Man arrested after woman stabbed in face during lockdown

Merseyside Police called to domestic incident as force urges victims of abuse not to ‘suffer in silence’ during coronavirus pandemic

Police arrested a 47-year-old man on suspicion of wounding
Police arrested a 47-year-old man on suspicion of wounding

A man has been arrested after a woman was stabbed in the face at a home in Liverpool, as local police warned of the heightened vulnerabilities of domestic abuse victims during the coronavirus lockdown.

Officers from Merseyside Police were called to a home in Rainhill, Merseyside, just before 11pm on Saturday following reports of an argument involving the two occupants.

A force spokesman said a 44-year-old woman had been stabbed in the face twice, causing injuries above her left eyebrow, and was taken to hospital for treatment. She was later released.

A 47-year-old man was arrested on suspicion of wounding.

Two children are being looked after by family members following the incident, police said.

Addressing the incident, detective chief inspector Steve Reardon repeated advice for victims of abuse during the lockdown.

“Earlier this week we reminded people about the silent call 999 system for vulnerable people living in our communities, including those who suffer from domestic abuse,” he said.

“We completely understand that victims of domestic abuse could be feeling more vulnerable during the current situation we all find ourselves in, but my message to them is please don’t suffer in silence.

“If you need our help call us and if you can’t make a call as you would ordinarily do, please use the silent call option available to you.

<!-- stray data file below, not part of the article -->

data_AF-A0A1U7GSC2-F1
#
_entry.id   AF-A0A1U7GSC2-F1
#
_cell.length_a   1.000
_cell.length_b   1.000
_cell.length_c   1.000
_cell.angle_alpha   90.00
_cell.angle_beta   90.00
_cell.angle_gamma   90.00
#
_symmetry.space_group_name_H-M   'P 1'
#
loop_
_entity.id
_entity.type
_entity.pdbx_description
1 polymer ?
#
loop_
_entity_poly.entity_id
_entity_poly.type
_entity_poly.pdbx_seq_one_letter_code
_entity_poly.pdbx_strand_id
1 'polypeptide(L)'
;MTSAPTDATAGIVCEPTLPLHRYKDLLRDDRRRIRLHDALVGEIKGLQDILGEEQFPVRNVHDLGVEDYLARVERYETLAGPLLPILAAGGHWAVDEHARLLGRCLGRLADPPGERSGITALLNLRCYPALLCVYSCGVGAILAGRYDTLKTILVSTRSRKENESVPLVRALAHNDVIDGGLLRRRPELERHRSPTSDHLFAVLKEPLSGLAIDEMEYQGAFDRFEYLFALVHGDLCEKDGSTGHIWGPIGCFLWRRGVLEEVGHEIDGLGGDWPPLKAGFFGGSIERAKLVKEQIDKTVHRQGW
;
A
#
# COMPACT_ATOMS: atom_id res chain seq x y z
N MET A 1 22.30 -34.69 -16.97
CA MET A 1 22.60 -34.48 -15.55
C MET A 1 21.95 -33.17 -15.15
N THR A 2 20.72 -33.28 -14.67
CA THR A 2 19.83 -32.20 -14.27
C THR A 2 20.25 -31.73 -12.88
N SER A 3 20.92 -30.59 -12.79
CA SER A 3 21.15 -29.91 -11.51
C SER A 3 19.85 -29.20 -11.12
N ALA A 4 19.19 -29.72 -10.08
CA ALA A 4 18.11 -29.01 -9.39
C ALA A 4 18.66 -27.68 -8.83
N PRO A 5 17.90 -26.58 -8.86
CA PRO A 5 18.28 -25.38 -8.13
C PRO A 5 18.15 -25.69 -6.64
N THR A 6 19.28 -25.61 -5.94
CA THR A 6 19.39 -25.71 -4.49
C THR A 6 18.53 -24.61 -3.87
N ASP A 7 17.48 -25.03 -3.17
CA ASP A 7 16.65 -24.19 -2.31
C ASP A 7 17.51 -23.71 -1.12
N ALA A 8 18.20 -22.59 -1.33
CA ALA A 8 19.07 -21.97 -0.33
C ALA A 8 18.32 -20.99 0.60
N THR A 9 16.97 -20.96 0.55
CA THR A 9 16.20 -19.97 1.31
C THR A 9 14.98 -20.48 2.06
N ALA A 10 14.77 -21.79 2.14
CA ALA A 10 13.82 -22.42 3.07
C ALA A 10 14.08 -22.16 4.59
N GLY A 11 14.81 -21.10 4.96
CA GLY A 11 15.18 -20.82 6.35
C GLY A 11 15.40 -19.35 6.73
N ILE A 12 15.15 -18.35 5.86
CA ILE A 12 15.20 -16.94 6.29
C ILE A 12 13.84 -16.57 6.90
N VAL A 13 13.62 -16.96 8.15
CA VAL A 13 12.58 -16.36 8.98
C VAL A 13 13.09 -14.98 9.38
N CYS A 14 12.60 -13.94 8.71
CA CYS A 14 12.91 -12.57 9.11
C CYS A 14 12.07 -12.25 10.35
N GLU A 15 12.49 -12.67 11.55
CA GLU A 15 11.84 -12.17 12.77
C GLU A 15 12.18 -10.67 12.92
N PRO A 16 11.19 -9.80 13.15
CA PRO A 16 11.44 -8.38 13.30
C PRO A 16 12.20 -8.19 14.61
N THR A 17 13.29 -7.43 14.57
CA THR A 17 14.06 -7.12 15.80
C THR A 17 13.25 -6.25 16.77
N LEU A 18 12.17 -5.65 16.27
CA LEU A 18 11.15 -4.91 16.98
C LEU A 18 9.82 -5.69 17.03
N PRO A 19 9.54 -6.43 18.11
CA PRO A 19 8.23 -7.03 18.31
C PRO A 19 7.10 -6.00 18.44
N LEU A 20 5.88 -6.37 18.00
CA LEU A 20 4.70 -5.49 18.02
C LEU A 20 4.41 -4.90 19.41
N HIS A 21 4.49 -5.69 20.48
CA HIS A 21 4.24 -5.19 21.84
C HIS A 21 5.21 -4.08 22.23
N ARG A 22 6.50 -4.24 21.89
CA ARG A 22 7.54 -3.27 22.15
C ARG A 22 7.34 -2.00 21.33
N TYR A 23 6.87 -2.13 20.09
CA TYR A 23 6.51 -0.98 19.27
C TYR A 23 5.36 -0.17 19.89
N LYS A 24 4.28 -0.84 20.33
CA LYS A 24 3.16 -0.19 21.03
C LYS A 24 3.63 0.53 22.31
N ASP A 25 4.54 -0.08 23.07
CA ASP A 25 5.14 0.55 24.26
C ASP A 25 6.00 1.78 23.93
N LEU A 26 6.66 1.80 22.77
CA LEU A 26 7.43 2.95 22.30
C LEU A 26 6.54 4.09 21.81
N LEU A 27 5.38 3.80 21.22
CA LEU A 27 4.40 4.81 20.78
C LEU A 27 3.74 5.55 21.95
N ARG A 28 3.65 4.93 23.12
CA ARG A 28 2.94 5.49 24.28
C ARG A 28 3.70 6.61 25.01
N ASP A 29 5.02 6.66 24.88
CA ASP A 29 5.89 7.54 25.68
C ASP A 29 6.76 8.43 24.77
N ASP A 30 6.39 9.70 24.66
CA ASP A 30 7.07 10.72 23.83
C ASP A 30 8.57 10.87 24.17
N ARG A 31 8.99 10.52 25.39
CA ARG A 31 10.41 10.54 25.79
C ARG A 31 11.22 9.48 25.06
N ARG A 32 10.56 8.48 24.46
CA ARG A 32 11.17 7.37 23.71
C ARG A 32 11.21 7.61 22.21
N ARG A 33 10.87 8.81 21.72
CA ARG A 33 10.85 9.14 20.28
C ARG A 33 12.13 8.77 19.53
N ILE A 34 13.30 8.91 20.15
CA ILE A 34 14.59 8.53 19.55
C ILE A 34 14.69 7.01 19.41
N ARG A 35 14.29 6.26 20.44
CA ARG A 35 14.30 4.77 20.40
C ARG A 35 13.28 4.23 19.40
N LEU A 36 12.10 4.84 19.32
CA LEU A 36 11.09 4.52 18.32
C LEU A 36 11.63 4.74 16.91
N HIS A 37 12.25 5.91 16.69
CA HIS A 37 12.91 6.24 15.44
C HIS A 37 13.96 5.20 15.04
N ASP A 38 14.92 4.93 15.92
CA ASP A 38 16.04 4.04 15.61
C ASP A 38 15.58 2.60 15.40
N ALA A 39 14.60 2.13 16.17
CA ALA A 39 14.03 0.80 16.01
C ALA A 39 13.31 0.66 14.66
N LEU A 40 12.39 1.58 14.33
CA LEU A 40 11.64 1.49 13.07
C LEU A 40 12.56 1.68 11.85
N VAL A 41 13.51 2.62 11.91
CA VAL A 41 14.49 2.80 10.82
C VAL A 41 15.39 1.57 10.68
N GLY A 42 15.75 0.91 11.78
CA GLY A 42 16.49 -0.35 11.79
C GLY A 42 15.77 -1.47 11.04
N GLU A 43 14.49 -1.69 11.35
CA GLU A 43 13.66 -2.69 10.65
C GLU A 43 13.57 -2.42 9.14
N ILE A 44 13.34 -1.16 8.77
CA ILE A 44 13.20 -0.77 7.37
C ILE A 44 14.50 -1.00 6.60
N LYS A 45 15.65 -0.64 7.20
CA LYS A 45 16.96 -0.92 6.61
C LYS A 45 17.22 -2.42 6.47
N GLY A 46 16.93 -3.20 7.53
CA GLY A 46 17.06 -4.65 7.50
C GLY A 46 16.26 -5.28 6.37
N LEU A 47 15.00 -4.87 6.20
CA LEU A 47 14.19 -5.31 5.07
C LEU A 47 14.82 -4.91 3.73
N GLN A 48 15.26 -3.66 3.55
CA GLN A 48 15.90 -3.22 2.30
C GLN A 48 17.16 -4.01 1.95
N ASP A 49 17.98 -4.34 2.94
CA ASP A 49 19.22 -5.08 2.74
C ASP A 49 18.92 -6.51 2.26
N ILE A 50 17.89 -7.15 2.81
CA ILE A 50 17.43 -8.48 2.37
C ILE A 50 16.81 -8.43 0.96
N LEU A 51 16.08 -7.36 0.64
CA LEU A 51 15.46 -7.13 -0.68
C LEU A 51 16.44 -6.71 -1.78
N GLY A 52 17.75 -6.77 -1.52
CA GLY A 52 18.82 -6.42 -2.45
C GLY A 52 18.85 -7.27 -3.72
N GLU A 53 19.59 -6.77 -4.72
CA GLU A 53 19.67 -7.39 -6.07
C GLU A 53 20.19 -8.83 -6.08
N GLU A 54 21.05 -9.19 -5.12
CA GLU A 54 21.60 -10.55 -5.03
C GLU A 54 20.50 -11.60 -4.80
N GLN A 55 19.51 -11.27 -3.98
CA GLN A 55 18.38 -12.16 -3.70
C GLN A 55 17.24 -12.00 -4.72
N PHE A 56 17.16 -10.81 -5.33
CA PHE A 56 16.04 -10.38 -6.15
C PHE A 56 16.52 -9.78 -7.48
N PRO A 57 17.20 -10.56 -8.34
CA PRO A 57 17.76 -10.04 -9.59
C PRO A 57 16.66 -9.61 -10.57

“Silent call is a part of the 999 system which allows for people who are not free to speak, but are able to make a noise, to press 55, which alerts the BT operator to the fact that you need help, and they can then connect the call to the police.

“The system enables all 999 callers to access support in the manner described, it is important that a noise is made when 55 has been pressed.

“For example if you can only make noise, such as tapping the handset, coughing, crying or even talking to the offender, then these actions will alert the attention of the BT operator.

“We would always advise that if someone is in immediate danger they should dial 999 and speak to an operator, but we also accept that in times such as this when households are self-isolating that openly speaking is not always an option.”

Following the introduction of the UK’s coronavirus containment measures, which have seen the country placed into lockdown, campaigners and frontline service providers have warned of a surge in domestic violence, with vulnerable women left trapped at home with their abuser.

Charities are offering online support to victims forced to isolate with their violent partners, while hotels have been urged to make their empty rooms available for women and children experiencing domestic abuse.

Southall Black Sisters, a not-for-profit company campaigning on gender-related violence, and the cross-party organisation Compassion in Politics have written to hotel chains urging them to open their doors to victims.

The initiative has the backing of Labour MPs Jess Phillips and Carolyn Harris, and several charities, including Women’s Aid.

Anyone who requires help or support can contact the National Domestic Abuse Helpline which is open 24/7 365 days per year on 0808 2000 247 or via their website https://www.nationaldahelpline.org.uk/

Additional reporting by PA

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